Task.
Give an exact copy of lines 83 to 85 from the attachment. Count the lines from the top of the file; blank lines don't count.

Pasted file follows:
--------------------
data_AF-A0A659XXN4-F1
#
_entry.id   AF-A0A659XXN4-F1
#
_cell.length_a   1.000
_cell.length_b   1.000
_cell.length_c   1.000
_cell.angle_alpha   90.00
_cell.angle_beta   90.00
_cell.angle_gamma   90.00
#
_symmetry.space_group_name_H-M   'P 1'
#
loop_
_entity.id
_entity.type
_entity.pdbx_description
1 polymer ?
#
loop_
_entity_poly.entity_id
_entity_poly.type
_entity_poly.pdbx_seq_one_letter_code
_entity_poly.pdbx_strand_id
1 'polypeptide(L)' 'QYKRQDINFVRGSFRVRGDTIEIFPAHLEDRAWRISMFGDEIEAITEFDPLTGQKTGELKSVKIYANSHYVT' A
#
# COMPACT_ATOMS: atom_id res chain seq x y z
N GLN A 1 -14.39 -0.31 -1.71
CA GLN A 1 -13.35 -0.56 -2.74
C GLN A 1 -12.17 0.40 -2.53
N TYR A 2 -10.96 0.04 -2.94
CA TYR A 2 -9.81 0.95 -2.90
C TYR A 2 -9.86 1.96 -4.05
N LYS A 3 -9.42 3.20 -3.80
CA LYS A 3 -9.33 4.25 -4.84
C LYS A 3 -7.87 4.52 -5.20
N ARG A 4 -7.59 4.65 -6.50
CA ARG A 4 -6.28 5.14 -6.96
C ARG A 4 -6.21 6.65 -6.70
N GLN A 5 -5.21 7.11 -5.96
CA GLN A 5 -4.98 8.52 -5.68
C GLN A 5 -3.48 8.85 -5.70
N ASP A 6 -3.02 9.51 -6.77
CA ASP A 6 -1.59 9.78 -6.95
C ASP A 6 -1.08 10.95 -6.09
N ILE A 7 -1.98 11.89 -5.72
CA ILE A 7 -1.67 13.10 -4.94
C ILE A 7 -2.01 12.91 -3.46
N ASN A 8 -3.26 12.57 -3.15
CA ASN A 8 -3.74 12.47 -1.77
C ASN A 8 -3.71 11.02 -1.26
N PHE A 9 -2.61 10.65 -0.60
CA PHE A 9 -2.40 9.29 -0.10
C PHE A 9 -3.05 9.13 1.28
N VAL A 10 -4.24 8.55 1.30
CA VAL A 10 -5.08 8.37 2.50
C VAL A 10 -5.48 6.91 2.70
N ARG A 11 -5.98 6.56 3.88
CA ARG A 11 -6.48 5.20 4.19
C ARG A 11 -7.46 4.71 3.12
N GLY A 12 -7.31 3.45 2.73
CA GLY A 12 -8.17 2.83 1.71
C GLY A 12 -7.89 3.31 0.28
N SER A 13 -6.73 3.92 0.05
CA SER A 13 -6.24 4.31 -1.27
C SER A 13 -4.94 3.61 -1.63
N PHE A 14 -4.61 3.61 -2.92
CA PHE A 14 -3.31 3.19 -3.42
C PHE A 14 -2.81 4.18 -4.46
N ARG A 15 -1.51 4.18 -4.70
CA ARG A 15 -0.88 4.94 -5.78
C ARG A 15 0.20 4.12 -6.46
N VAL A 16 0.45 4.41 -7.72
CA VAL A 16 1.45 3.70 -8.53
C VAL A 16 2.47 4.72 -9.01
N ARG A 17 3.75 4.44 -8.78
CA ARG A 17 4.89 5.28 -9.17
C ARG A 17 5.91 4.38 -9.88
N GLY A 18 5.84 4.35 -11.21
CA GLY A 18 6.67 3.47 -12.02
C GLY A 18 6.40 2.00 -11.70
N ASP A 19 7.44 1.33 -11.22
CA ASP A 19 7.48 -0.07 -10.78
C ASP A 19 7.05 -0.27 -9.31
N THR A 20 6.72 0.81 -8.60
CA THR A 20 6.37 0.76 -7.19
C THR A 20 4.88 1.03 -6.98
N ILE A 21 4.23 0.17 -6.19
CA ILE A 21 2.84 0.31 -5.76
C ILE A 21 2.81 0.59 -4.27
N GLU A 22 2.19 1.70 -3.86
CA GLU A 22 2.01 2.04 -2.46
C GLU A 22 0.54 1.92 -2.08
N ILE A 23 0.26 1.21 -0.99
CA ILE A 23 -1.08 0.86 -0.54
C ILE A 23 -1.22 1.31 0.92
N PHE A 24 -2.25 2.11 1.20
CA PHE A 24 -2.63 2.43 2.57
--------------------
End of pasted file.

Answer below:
CA ASP A 19 7.48 -0.07 -10.78
C ASP A 19 7.05 -0.27 -9.31
N THR A 20 6.72 0.81 -8.60